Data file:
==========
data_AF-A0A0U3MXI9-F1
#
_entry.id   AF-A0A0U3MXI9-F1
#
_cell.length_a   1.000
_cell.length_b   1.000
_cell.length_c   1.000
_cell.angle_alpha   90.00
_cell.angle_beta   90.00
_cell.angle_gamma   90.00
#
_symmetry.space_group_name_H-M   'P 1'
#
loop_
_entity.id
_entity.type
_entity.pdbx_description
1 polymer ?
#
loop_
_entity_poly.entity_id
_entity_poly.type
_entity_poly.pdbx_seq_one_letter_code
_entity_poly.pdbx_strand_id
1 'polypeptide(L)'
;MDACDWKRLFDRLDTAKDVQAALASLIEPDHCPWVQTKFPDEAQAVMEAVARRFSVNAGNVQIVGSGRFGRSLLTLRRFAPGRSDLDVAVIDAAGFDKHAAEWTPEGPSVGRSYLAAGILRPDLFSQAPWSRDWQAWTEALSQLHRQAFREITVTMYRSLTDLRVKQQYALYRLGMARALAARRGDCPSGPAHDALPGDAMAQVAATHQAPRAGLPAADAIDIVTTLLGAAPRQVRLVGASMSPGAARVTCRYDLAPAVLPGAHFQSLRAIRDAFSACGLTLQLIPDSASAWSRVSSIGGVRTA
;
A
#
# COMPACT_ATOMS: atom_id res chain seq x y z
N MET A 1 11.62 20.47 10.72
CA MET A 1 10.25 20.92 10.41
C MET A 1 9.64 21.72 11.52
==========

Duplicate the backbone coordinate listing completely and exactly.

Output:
data_AF-A0A0U3MXI9-F1
#
_entry.id   AF-A0A0U3MXI9-F1
#
_cell.length_a   1.000
_cell.length_b   1.000
_cell.length_c   1.000
_cell.angle_alpha   90.00
_cell.angle_beta   90.00
_cell.angle_gamma   90.00
#
_symmetry.space_group_name_H-M   'P 1'
#
loop_
_entity.id
_entity.type
_entity.pdbx_description
1 polymer ?
#
loop_
_entity_poly.entity_id
_entity_poly.type
_entity_poly.pdbx_seq_one_letter_code
_entity_poly.pdbx_strand_id
1 'polypeptide(L)'
;MDACDWKRLFDRLDTAKDVQAALASLIEPDHCPWVQTKFPDEAQAVMEAVARRFSVNAGNVQIVGSGRFGRSLLTLRRFAPGRSDLDVAVIDAAGFDKHAAEWTPEGPSVGRSYLAAGILRPDLFSQAPWSRDWQAWTEALSQLHRQAFREITVTMYRSLTDLRVKQQYALYRLGMARALAARRGDCPSGPAHDALPGDAMAQVAATHQAPRAGLPAADAIDIVTTLLGAAPRQVRLVGASMSPGAARVTCRYDLAPAVLPGAHFQSLRAIRDAFSACGLTLQLIPDSASAWSRVSSIGGVRTA
;
A
#
# COMPACT_ATOMS: atom_id res chain seq x y z
N MET A 1 11.62 20.47 10.72
CA MET A 1 10.25 20.92 10.41
C MET A 1 9.64 21.72 11.52